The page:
September 21 is the day Filipinos remember as the declaration of Martial Law, the start of a bloody reign which ended via a peaceful demonstration in 1986 also known as the EDSA Revolution. Fast forward to 45 years after the declaration, the current Philippine President has declared today as a National Day of Protest, allowing groups to gather and fight for their rights, beliefs, and causes.
In response to this, Filipinos are using art and music to let their voices be heard and stand in solidarity with the rest of the country in shouting "Never Again" to tyranny and government-sanctioned atrocities.
Last night, a Filipino version of Les Misérables's 'Do You Hear The People Sing?' surfaced on social media and spread across different platforms, prompting thousands to embrace it as their marching anthem.
Translated by Award-winning composer Vincent A. De Jesus with additional lyrics by Palanca Awardee Rody Vera and actor Joel Saracho, 'Di N'yo Ba Naririnig?' is a chilling rendition of the Les Mis classic, that reflects the Filipinos' plight for true change — one that is not hampered by empty promises, brutality, and blind fanaticism. As the original song from the Schönberg-Boublil musical served as a battle cry for French revolutionaries to encourage their countrymen to stand up to a cruel monarchy in Victor Hugo's re-imagining of the 1832 June Rebellion, 'Di N'yo Ba Naririnig' aims to ignite the hearts of the Filipino people to stand strong against corruption and never tire of defending our democracy.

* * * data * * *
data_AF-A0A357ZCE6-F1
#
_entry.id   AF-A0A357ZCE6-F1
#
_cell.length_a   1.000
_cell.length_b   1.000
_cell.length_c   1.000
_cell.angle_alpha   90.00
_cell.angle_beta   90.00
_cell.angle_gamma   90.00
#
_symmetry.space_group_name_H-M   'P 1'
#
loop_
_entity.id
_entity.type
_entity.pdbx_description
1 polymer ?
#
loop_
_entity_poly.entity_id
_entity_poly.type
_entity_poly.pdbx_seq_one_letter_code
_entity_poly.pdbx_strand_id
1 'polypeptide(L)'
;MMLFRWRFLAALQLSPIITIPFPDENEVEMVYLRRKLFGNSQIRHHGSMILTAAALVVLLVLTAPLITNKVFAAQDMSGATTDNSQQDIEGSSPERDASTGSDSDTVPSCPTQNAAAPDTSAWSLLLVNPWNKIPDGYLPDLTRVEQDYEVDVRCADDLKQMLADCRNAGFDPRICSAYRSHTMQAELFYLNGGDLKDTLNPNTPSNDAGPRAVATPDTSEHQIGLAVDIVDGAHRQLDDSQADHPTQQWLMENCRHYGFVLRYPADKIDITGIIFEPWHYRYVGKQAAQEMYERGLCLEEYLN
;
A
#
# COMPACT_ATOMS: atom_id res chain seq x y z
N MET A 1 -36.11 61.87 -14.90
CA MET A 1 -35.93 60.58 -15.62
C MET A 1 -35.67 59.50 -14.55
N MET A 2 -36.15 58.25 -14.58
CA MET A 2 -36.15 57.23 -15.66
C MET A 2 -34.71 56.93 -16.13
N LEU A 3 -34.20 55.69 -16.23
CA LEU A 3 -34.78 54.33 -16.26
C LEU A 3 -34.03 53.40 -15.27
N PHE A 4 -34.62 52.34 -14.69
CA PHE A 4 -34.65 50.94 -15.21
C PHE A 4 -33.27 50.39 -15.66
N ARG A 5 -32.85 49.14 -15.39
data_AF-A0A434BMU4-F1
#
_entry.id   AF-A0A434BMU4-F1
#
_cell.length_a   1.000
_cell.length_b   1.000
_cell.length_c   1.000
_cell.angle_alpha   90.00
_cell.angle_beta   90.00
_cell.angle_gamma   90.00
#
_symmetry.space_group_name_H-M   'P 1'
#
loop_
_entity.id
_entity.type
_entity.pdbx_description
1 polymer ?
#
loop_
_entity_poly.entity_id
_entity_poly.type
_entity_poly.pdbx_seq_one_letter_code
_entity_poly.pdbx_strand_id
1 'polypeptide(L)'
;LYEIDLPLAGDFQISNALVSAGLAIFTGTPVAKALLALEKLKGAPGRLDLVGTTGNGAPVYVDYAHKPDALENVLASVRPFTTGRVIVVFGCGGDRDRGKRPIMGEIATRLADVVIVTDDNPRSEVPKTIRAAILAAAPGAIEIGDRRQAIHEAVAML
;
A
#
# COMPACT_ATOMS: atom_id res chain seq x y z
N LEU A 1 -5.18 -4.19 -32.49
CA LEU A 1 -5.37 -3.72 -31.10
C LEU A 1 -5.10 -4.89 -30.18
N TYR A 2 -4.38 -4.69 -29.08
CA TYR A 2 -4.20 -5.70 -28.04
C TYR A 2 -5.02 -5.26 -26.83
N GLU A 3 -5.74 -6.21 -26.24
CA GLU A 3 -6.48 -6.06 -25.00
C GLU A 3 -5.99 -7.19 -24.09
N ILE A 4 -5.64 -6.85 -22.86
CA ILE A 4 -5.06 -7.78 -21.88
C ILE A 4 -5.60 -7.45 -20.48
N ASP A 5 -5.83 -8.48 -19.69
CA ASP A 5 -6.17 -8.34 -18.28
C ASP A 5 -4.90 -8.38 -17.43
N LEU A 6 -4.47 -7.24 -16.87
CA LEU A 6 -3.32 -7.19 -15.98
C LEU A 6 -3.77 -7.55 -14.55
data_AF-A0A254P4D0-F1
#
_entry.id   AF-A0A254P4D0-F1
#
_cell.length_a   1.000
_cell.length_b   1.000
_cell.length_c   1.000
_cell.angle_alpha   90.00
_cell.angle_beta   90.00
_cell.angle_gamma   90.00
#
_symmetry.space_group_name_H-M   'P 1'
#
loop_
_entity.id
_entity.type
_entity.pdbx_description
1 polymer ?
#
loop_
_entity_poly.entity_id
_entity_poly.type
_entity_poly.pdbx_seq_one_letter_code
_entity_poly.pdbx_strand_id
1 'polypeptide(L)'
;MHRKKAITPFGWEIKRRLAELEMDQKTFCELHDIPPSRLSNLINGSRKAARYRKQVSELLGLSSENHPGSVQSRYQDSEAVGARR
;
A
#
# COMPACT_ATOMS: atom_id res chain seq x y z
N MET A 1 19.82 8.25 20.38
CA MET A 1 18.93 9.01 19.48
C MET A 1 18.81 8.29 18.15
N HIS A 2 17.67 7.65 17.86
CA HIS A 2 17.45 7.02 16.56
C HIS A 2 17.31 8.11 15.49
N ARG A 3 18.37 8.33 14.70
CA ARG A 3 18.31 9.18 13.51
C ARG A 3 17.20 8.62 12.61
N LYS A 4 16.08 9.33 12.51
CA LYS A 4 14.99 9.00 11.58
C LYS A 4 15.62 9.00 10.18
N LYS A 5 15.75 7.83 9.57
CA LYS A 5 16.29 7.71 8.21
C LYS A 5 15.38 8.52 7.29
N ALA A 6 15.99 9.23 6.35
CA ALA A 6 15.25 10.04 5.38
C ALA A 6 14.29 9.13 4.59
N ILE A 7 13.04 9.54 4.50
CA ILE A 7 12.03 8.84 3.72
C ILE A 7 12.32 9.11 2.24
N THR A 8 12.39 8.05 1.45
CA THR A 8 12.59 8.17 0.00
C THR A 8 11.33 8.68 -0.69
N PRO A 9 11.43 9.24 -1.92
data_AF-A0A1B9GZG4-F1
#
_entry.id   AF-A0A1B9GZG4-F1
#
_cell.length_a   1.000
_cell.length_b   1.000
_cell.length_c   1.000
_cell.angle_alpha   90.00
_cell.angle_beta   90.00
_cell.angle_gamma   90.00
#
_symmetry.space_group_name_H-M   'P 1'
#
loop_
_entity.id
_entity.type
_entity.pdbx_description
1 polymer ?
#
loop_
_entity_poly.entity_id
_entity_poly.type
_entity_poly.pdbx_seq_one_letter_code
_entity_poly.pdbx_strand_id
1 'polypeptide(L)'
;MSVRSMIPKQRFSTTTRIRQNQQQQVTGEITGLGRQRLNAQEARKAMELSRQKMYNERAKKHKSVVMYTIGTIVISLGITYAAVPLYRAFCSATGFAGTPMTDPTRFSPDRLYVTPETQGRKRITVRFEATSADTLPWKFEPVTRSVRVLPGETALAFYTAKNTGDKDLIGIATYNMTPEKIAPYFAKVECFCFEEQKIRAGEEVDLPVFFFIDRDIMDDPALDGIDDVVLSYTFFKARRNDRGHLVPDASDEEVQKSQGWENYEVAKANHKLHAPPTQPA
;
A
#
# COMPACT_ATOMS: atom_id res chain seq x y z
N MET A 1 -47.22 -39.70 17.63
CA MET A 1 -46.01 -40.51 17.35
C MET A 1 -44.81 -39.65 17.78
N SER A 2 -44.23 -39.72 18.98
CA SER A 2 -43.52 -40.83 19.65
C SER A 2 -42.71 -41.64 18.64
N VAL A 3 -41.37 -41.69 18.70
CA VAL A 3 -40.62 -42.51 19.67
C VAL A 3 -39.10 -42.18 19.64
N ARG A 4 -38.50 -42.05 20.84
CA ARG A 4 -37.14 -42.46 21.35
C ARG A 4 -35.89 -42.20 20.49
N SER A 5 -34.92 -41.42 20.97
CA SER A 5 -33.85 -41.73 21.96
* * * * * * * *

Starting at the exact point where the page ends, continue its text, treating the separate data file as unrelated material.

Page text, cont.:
Watch it as performed by Eunikkoh Castillo here:
Watch the crowd sing "Di Nyo Ba Naririnig" in today's anti-tyranny rally:
Watch the Les Misérables cast with 'Do You Hear The People Sing?':